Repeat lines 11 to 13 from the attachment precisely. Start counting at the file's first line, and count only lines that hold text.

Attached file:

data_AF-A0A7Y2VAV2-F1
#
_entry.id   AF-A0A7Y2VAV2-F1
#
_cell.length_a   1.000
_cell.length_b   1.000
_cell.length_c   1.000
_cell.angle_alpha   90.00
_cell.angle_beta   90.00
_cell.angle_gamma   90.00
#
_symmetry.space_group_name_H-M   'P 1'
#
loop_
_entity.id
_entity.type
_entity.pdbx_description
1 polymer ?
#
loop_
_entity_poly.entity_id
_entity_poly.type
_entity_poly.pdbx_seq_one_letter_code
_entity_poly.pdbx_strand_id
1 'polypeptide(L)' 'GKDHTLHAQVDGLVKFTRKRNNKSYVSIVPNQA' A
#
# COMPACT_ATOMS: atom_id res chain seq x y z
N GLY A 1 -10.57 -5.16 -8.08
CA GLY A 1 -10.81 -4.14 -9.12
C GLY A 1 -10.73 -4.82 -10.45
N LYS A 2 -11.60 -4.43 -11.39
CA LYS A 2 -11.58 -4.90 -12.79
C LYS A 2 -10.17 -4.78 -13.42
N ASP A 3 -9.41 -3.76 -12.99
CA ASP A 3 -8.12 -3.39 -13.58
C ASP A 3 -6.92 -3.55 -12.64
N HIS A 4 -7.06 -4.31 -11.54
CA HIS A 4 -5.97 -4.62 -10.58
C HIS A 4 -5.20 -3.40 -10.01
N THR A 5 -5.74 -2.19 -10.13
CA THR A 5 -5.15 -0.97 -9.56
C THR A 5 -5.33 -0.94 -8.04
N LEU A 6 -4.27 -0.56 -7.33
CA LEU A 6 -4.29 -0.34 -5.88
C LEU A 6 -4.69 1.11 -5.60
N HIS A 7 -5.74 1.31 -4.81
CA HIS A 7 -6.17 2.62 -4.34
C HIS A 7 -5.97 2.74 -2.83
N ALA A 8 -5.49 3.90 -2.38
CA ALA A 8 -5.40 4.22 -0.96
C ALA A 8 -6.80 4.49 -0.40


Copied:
#
_symmetry.space_group_name_H-M   'P 1'
#